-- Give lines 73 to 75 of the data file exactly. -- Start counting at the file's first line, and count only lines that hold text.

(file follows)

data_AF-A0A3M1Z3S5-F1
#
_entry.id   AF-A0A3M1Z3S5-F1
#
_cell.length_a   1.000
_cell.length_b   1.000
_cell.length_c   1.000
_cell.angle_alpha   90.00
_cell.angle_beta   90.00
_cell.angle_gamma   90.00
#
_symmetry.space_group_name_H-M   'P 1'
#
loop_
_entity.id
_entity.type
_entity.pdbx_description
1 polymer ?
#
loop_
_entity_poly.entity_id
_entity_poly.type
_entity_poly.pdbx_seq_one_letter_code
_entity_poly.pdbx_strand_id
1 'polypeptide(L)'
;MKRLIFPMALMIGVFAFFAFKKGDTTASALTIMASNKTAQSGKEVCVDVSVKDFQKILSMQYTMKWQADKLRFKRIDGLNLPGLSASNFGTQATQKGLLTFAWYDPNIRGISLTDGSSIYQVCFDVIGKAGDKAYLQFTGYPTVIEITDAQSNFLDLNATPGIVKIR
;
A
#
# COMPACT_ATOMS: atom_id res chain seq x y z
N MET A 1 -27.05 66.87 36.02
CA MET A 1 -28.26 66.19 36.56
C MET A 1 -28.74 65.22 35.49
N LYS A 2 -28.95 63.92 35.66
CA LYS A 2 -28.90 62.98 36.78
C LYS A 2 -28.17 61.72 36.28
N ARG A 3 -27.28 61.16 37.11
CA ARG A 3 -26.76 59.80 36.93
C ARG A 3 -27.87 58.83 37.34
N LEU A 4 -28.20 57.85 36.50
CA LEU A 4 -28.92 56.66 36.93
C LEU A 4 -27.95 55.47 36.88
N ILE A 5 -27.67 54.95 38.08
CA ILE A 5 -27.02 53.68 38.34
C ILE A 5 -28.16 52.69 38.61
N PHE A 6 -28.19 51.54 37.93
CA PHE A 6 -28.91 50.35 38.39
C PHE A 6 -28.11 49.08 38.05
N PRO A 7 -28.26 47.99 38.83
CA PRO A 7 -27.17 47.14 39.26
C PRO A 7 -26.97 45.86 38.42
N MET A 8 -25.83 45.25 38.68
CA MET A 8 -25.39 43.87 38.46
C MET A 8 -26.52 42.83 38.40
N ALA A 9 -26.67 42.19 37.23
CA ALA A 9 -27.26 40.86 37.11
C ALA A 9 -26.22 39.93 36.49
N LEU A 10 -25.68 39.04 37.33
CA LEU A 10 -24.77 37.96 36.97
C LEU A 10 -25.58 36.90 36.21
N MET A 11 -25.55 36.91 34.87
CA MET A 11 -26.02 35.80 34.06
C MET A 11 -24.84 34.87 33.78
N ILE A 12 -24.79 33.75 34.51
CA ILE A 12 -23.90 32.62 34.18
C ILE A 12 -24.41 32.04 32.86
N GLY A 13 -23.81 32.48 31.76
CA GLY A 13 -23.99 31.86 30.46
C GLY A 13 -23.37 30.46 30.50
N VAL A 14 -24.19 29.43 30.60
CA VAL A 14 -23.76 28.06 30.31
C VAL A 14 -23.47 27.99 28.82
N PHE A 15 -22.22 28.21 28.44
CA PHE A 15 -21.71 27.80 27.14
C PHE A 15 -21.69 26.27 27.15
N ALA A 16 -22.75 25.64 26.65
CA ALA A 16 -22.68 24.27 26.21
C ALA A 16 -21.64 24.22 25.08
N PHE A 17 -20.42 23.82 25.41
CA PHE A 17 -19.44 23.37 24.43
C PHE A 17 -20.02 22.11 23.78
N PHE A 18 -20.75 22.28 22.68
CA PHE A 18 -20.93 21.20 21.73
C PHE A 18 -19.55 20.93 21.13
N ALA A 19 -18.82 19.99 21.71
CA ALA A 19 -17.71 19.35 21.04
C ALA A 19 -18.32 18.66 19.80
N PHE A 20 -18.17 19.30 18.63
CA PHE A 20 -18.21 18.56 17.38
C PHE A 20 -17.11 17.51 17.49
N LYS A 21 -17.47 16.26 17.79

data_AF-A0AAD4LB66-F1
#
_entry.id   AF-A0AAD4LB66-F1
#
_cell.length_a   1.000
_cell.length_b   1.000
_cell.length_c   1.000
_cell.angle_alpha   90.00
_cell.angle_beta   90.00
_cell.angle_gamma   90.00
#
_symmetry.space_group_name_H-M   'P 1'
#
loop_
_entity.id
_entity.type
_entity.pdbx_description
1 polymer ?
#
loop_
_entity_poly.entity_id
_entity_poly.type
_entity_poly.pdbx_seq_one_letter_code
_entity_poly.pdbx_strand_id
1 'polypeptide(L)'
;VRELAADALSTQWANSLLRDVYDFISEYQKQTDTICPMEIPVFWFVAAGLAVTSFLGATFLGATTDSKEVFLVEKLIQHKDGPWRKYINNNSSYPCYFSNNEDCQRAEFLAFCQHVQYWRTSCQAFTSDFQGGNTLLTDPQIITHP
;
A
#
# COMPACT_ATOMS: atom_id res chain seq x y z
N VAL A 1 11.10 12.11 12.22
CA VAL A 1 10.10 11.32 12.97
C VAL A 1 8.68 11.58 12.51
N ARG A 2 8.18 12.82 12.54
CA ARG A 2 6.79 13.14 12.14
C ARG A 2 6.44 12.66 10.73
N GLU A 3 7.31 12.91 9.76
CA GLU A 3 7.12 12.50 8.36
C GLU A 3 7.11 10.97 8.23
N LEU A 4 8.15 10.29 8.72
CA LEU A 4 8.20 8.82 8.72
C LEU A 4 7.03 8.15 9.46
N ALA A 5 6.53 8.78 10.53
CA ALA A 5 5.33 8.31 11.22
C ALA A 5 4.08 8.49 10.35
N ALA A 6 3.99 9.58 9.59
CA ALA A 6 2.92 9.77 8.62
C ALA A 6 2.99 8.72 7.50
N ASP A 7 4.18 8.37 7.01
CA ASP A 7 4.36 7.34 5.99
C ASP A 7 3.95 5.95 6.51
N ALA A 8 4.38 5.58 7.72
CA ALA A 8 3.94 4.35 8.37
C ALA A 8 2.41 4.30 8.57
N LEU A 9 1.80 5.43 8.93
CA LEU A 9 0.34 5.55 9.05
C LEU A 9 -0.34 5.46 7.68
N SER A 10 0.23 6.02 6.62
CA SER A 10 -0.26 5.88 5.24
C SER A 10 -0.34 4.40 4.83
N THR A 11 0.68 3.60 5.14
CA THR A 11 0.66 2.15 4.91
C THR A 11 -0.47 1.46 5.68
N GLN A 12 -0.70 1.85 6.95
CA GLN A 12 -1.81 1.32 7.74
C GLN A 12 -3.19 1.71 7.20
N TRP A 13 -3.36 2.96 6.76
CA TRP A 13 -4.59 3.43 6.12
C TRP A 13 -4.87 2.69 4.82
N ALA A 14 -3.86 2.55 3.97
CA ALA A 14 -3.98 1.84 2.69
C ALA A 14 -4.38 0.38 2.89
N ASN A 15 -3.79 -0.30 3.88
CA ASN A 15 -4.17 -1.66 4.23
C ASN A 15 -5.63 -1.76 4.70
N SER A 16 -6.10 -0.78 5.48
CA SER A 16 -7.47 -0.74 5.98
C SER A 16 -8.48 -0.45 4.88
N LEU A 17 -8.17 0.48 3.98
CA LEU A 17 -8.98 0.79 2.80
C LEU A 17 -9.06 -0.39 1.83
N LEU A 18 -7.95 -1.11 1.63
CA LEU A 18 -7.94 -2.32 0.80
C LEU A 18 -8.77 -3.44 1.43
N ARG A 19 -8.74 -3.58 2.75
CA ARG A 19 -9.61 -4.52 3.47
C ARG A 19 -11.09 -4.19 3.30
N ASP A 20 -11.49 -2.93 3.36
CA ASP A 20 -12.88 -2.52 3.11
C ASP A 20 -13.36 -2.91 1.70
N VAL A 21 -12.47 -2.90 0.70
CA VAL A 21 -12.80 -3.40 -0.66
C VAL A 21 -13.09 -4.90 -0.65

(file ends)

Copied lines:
N PHE A 15 -22.22 28.21 28.44
CA PHE A 15 -21.71 27.80 27.14
C PHE A 15 -21.69 26.27 27.15